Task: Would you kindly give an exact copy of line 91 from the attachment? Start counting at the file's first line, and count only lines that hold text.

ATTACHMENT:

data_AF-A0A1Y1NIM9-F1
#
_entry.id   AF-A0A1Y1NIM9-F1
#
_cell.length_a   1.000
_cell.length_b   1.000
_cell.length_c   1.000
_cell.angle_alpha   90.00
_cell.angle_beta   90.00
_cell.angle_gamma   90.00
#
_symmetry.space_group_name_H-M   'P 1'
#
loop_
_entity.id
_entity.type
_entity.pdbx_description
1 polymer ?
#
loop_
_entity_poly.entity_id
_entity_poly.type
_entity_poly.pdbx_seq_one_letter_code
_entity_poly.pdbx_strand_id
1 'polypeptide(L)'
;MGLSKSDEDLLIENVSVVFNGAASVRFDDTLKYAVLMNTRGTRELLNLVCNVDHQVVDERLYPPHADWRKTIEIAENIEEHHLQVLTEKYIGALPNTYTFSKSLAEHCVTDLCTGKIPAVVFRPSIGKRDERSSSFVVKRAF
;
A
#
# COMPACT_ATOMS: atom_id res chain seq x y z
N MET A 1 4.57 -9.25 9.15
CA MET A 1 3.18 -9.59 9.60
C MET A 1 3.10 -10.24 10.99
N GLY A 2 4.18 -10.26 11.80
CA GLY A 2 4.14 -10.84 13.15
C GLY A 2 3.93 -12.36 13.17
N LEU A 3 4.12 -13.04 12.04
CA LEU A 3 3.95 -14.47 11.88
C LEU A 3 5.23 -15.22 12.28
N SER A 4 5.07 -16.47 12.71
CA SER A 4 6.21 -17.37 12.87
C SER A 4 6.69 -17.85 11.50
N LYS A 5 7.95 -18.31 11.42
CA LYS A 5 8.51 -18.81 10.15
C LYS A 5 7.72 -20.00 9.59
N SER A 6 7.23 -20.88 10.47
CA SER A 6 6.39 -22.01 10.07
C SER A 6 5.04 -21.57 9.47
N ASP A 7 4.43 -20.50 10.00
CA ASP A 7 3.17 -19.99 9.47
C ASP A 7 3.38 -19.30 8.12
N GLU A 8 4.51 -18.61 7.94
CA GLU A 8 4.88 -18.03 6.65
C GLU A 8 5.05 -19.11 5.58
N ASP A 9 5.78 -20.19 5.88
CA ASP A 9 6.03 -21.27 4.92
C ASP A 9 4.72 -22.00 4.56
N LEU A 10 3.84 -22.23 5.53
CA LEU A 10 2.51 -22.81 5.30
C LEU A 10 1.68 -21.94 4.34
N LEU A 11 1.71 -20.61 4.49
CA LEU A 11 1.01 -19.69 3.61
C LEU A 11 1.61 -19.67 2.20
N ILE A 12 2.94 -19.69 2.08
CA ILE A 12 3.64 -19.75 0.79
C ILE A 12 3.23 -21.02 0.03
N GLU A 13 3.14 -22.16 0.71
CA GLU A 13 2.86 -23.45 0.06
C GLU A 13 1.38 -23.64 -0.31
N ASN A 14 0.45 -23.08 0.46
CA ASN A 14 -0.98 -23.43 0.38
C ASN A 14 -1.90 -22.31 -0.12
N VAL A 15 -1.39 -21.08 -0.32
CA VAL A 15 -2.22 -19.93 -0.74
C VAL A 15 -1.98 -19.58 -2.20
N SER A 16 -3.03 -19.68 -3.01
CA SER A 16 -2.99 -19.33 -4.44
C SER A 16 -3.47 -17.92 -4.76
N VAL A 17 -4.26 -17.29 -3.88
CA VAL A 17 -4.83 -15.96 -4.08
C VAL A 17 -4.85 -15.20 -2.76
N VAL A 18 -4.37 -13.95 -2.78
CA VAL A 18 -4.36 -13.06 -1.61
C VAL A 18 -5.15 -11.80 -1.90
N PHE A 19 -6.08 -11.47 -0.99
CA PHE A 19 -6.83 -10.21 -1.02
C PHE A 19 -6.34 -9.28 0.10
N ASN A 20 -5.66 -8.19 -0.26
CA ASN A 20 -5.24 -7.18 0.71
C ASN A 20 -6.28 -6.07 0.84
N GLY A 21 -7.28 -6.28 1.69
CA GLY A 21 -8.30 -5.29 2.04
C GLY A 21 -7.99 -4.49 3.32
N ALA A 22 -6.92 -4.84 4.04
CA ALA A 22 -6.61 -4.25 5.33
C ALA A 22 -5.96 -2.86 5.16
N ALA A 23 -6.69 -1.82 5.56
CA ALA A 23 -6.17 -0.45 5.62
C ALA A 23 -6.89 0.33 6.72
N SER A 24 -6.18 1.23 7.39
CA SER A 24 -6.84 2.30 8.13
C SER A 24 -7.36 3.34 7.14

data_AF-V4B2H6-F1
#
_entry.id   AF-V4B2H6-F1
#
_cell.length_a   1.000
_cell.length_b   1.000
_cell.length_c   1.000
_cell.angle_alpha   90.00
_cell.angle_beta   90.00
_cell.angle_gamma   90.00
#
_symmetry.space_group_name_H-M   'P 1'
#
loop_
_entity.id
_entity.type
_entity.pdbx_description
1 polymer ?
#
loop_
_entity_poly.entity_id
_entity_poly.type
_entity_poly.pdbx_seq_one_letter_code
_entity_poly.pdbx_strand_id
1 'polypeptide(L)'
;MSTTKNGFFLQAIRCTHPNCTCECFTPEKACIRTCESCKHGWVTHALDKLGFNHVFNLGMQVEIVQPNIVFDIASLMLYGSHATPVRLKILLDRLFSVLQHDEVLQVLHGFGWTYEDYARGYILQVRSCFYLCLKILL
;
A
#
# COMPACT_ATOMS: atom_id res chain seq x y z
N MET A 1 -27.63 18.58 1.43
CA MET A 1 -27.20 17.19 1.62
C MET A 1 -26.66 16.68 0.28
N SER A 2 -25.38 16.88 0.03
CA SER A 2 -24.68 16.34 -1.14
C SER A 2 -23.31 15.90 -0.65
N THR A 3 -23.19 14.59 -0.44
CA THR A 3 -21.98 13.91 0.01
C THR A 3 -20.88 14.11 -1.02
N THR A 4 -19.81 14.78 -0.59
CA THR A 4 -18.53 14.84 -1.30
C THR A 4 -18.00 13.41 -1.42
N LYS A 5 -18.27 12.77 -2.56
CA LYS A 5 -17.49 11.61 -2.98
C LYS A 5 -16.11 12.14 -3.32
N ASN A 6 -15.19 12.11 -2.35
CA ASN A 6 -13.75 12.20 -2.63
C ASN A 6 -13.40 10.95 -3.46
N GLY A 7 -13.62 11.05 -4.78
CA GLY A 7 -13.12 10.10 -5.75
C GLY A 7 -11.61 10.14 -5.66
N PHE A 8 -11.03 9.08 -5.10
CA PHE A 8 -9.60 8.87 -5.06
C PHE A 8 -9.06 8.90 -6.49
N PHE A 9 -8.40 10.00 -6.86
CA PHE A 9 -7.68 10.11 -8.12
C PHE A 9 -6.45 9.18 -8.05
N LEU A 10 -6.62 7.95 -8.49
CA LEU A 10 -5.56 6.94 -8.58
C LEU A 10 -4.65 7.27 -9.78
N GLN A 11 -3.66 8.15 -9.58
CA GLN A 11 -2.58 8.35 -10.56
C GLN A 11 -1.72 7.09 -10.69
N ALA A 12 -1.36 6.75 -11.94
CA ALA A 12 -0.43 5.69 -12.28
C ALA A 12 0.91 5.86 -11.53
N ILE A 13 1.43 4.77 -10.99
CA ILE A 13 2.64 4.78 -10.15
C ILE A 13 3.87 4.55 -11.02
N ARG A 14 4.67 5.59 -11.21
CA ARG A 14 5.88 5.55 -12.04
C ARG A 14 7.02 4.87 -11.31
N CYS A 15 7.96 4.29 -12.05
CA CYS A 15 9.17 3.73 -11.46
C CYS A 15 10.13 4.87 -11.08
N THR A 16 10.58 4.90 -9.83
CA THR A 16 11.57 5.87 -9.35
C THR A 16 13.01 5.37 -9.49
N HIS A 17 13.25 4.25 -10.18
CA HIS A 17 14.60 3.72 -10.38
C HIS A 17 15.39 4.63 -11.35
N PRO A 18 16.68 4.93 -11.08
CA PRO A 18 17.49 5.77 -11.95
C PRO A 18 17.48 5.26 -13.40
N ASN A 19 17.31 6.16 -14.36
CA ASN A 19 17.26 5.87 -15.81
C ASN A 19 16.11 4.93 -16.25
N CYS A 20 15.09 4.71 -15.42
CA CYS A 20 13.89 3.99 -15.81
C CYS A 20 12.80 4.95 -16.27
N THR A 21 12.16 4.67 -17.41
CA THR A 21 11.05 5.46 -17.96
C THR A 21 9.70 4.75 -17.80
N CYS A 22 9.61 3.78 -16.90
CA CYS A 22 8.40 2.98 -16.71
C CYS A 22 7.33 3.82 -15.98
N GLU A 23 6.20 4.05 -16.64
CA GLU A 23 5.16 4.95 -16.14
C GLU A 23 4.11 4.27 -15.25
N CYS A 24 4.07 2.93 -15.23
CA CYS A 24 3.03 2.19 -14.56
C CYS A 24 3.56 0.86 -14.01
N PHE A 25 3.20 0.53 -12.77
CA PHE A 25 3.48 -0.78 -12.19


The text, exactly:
N GLY A 21 -7.28 -6.28 1.69